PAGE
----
How one would determine the AC of an arrow slit, I’m not quite sure. The spell specifically states that the player must “hit the opening”, not the intended target behind the arrow slit. So, the GM will need to figure out what the AC is of the arrow slit (have fun with that Stephen) and on a successful attack roll, the player’s fireball would pass through the slit and hit that poor kobold.
Now let’s say that kobold is standing in a small 10X10 room. Does that mean the effects of the fireball will shoot out of the arrow slit? It sure will, curling out the arrow slit along the wall and into the room for an additional 10 feet in all direction. So once again, we hope no one is standing to close to the arrow slit.
Wizard Attack 5
A globe of orange flame coalesces in your hand. You hurl it at your enemies, and it explodes on impact. Daily ✦ Arcane, Fire, Implement
Area burst 3 within 20 squares
Target: Each creature in burst
Attack: Intelligence vs. Reflex
Hit: 3d6 + Intelligence modifier fire damage.
Miss: Half damage.
Whew… That’s a lot of new words and not much to go off of. We are going to start right below the brief description with Daily. In this edition of DnD, there are spells you can cast once per day, Fireball being one of those. That’s pretty easy, now let’s jump into something a little more complex, like Burst!
But first: 4e is a different style of DnD that many people talk down on, I am not one of those people. 4e has a unique style that really lets players feel like super bad-ass heroes, and one of the ways it does that is by describing everything as if you are on a battle mat with a 1” square grid.
Burst is a new mechanic in DnD, but it’s actually not. All Burst means is that when the spell goes off, the point of origin square plus the surrounding squares on all sides of the origin square will be affected, this is up to a certain number(like 3). Following Burst is “within 20 squares” which just tells you how far away you can cast the spell away from you. So when a spell says: Burst 3 within 20; the spell’s area of effect is 7 squares(35’) by 7 squares, and you can cast it up to 100’ away from you.
The rest of the fireball descriptor is pretty self explanatory and there isn’t much left to talk about except for that damage. And boy, that 3d6 + Int Mod is pretty lacking when it comes to damage, especially for a daily spell. At least they didn’t rub salt in the wound and make all that gold melt away.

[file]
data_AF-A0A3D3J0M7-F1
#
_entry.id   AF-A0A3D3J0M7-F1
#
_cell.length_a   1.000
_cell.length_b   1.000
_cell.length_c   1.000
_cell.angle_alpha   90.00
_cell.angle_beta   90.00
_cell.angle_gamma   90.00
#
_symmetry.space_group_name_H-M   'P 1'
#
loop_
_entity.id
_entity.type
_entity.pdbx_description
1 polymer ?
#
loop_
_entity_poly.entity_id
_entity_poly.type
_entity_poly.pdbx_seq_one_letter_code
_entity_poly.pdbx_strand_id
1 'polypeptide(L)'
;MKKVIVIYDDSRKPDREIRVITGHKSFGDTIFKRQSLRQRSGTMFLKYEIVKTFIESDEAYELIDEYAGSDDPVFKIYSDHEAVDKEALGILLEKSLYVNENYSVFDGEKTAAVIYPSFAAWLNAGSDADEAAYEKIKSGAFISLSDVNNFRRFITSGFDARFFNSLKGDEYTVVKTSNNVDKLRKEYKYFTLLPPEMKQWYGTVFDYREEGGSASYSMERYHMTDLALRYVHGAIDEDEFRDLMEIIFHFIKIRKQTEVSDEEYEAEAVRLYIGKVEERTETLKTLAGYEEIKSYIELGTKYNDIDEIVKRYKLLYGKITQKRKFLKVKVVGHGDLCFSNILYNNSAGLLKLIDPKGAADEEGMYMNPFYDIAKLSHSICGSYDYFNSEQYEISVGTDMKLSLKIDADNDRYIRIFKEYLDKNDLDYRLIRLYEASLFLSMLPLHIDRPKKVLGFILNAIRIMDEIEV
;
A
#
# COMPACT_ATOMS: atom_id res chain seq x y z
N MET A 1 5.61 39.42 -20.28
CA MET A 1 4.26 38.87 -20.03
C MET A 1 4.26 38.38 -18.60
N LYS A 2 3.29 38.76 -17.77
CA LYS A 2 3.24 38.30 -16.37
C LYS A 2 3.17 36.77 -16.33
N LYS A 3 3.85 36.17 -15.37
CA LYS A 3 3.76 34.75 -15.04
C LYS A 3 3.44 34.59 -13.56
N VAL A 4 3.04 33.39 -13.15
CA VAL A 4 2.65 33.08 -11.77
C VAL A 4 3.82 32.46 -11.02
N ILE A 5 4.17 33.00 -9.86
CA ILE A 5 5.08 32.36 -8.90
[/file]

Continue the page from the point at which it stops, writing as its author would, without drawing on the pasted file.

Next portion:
Casting Time: 1 action
Range: 150 feet
Components: V S M (A tiny ball of bat guano and sulfur)
Classes: Sorcerer, Wizard
A bright streak flashes from your pointing finger to a point you choose within range and then blossoms with a low roar into an explosion of flame. Each creature in a 20-foot-radius sphere centered on that point must make a Dexterity saving throw. A target takes 8d6 fire damage on a failed save, or half as much damage on a successful one.
The fire spreads around corners. It ignites flammable objects in the area that aren't being worn or carried.
At Higher Levels. When you cast this spell using a spell slot of 4th level or higher, the damage increases by 1d6 for each slot level above 3rd.
There’s lots of talk about the fireball in 5e out there on the web. One of the best articles in my option on the fireball can be found at D&D beyond. Yes, the fireball is overpowered, but it is done so on purpose. It is the most iconic spell in D&D and has always been overpowered in some fashion, either in damage or distance. But that’s what makes the fireball.
I am not going to begrudge the wizard the fireball and its massive damage. The poor wizard has been hiding in the background until this point, buffing the other heroes and casting their magic missile. Now at 5th level, they have this spell that can immediately turn the tide the a battle.
It should also be noted that it specifically stated that all flammable objects laying around will burn. So let’s hope those spell scrolls aren’t in plain sight, or the wizard just screwed himself over.
So the fireball has been around forever and has always been and shall always be an incredibly powerful spell. That’s how it should be. Enjoy it, embrace it and tweak it as you see fit. Finally, make sure the wizard has somewhere safe to put all that bat shit they have to carry around.